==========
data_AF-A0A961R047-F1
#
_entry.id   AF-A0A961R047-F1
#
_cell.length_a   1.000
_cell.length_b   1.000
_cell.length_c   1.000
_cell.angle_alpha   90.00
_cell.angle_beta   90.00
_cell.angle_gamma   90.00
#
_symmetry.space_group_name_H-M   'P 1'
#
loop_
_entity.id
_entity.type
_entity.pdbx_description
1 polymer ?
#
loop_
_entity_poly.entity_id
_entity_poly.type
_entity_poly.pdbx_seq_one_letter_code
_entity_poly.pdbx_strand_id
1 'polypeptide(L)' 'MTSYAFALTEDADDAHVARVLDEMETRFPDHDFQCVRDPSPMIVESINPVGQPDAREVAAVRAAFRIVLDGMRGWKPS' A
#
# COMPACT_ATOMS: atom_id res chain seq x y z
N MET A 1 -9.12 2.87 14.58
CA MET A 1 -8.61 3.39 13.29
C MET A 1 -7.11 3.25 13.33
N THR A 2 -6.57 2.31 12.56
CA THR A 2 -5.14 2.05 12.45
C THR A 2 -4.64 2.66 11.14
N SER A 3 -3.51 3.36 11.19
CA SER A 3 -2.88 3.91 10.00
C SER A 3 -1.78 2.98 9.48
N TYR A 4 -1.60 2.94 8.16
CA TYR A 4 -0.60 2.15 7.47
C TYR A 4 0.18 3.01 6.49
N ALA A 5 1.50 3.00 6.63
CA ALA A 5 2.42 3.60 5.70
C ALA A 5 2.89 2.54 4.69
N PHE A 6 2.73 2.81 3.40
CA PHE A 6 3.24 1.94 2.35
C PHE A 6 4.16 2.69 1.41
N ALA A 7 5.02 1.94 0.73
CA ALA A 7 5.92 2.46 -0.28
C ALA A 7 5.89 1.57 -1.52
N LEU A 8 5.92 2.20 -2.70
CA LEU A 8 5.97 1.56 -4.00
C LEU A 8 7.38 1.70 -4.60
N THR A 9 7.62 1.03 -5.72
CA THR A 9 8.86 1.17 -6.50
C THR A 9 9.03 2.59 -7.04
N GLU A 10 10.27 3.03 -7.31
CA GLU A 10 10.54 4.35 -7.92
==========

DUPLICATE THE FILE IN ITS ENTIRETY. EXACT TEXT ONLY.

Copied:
data_AF-A0A961R047-F1
#
_entry.id   AF-A0A961R047-F1
#
_cell.length_a   1.000
_cell.length_b   1.000
_cell.length_c   1.000
_cell.angle_alpha   90.00
_cell.angle_beta   90.00
_cell.angle_gamma   90.00
#
_symmetry.space_group_name_H-M   'P 1'
#
loop_
_entity.id
_entity.type
_entity.pdbx_description
1 polymer ?
#
loop_
_entity_poly.entity_id
_entity_poly.type
_entity_poly.pdbx_seq_one_letter_code
_entity_poly.pdbx_strand_id
1 'polypeptide(L)' 'MTSYAFALTEDADDAHVARVLDEMETRFPDHDFQCVRDPSPMIVESINPVGQPDAREVAAVRAAFRIVLDGMRGWKPS' A
#
# COMPACT_ATOMS: atom_id res chain seq x y z
N MET A 1 -9.12 2.87 14.58
CA MET A 1 -8.61 3.39 13.29
C MET A 1 -7.11 3.25 13.33
N THR A 2 -6.57 2.31 12.56
CA THR A 2 -5.14 2.05 12.45
C THR A 2 -4.64 2.66 11.14
N SER A 3 -3.51 3.36 11.19
CA SER A 3 -2.88 3.91 10.00
C SER A 3 -1.78 2.98 9.48
N TYR A 4 -1.60 2.94 8.16
CA TYR A 4 -0.60 2.15 7.47
C TYR A 4 0.18 3.01 6.49
N ALA A 5 1.50 3.00 6.63
CA ALA A 5 2.42 3.60 5.70
C ALA A 5 2.89 2.54 4.69
N PHE A 6 2.73 2.81 3.40
CA PHE A 6 3.24 1.94 2.35
C PHE A 6 4.16 2.69 1.41
N ALA A 7 5.02 1.94 0.73
CA ALA A 7 5.92 2.46 -0.28
C ALA A 7 5.89 1.57 -1.52
N LEU A 8 5.92 2.20 -2.70
CA LEU A 8 5.97 1.56 -4.00
C LEU A 8 7.38 1.70 -4.60
N THR A 9 7.62 1.03 -5.72
CA THR A 9 8.86 1.17 -6.50
C THR A 9 9.03 2.59 -7.04
N GLU A 10 10.27 3.03 -7.31
CA GLU A 10 10.54 4.35 -7.92